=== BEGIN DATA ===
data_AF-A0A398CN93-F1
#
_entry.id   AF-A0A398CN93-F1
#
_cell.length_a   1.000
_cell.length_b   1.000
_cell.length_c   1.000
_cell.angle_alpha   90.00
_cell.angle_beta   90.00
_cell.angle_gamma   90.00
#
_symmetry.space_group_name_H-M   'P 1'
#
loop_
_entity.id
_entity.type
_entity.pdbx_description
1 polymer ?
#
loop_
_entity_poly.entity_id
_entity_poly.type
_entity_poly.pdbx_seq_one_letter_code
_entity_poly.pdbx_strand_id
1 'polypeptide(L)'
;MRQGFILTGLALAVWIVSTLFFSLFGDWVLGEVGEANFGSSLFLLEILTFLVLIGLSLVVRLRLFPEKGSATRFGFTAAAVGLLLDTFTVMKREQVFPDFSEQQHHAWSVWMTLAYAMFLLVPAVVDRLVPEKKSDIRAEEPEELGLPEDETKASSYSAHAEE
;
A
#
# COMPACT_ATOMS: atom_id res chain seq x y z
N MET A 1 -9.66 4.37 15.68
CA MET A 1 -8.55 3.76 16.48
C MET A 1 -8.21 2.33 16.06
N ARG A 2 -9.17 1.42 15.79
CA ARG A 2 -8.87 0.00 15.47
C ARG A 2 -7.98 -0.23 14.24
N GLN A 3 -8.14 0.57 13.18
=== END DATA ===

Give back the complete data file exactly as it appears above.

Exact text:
data_AF-A0A398CN93-F1
#
_entry.id   AF-A0A398CN93-F1
#
_cell.length_a   1.000
_cell.length_b   1.000
_cell.length_c   1.000
_cell.angle_alpha   90.00
_cell.angle_beta   90.00
_cell.angle_gamma   90.00
#
_symmetry.space_group_name_H-M   'P 1'
#
loop_
_entity.id
_entity.type
_entity.pdbx_description
1 polymer ?
#
loop_
_entity_poly.entity_id
_entity_poly.type
_entity_poly.pdbx_seq_one_letter_code
_entity_poly.pdbx_strand_id
1 'polypeptide(L)'
;MRQGFILTGLALAVWIVSTLFFSLFGDWVLGEVGEANFGSSLFLLEILTFLVLIGLSLVVRLRLFPEKGSATRFGFTAAAVGLLLDTFTVMKREQVFPDFSEQQHHAWSVWMTLAYAMFLLVPAVVDRLVPEKKSDIRAEEPEELGLPEDETKASSYSAHAEE
;
A
#
# COMPACT_ATOMS: atom_id res chain seq x y z
N MET A 1 -9.66 4.37 15.68
CA MET A 1 -8.55 3.76 16.48
C MET A 1 -8.21 2.33 16.06
N ARG A 2 -9.17 1.42 15.79
CA ARG A 2 -8.87 0.00 15.47
C ARG A 2 -7.98 -0.23 14.24
N GLN A 3 -8.14 0.57 13.18